Do you ever get a piece of music written by some dead guy you’ve kind of heard about, but don’t really know anything about. Does it matter? Do we have to know anything about the composer to play his music? You could probably get away with not knowing anything. But you know what—it’s so much more interesting practising his music if you know what he looks like, when he lived, what sort of clothes he wore, what expression he may have had on his face when playing a particular section of music. So what can you do about it? Say you’ve been given a piece by Henry Purcell. Ask Mum or Dad if you can go on the internet. Find a search engine, like Google or Yahoo, change the setting to ‘images’ and type in his name: Henry Purcell (for example). You’ll probably get a selection of pictures to look at. Download them if you like. Print them out even. Then, look really closely at his face. What colour eyes do you think he had? Is he wearing a wig, or is that his real hair? Do you think he looks happy? Do you think he looks angry? Why do you think he looks that way? Do you think you would have been scared of him, or do you think he would be someone you would have liked to have met? Now that you know what he looks like, go back to your search engine, change it back to ’web’ type in his name together with history. Now you’ll have plenty to read about him. Just find simple things, like, what country did he live in? When was he born? If he was still alive today, how old would he be? Was he married? Did he have kids? How old was he when he died? Was he rich, or poor? Of course, there were female composers too. Look up Clara Schumann. She was a great composer. Perhaps you could ask your teacher to learn one of her works.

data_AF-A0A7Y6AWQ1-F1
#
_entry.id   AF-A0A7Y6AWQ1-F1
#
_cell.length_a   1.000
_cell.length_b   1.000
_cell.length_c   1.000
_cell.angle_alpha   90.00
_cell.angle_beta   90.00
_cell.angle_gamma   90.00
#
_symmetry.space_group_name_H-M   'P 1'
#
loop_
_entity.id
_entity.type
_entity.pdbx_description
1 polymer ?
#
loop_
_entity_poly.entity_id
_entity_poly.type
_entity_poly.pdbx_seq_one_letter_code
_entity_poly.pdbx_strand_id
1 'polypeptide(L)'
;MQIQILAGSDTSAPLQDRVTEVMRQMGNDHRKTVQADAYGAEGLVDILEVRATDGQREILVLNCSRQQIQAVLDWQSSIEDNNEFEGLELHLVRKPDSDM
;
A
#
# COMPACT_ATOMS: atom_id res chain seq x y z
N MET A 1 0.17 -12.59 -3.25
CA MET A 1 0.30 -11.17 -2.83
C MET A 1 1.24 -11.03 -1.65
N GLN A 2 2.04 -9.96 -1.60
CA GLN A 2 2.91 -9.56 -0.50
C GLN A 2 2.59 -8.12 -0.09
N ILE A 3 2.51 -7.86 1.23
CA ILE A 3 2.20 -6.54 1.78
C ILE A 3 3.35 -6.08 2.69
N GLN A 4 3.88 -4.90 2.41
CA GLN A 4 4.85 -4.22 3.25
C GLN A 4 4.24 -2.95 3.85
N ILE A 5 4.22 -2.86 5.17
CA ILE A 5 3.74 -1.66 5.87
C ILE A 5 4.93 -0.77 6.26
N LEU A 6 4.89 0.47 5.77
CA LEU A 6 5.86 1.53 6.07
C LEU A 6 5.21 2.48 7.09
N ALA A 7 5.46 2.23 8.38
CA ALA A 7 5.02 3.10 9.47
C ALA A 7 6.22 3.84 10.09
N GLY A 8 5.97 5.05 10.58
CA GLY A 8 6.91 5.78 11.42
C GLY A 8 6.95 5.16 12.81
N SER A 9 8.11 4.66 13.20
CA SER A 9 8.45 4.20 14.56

Would you like that Beethoven with a side of Chopin?
Have you ever been asked to play the piano for someone and are completely stumped to think of what, even though you’ve been going to lessons for over a year now? You need to make a ‘Repertoire List’. Go through all your piano books and write down the pieces you really like to play, even if it’s really simple stuff. You can make simple pieces much more interesting by repeating them either an octave lower or higher, picking out an ending phrase and using this as an introduction. Now they’re good enough to play for people. Keep your list somewhere handy so you can add to it. And remember to play those pieces on your repertoire list often! As you learn new pieces you like, you can add them to your list, too. Think of your list as a menu in a really expensive restaurant. Next time someone asks you to play, you can even give them a choice on what they’d like to hear, just as they would get a choice of what they would like to eat!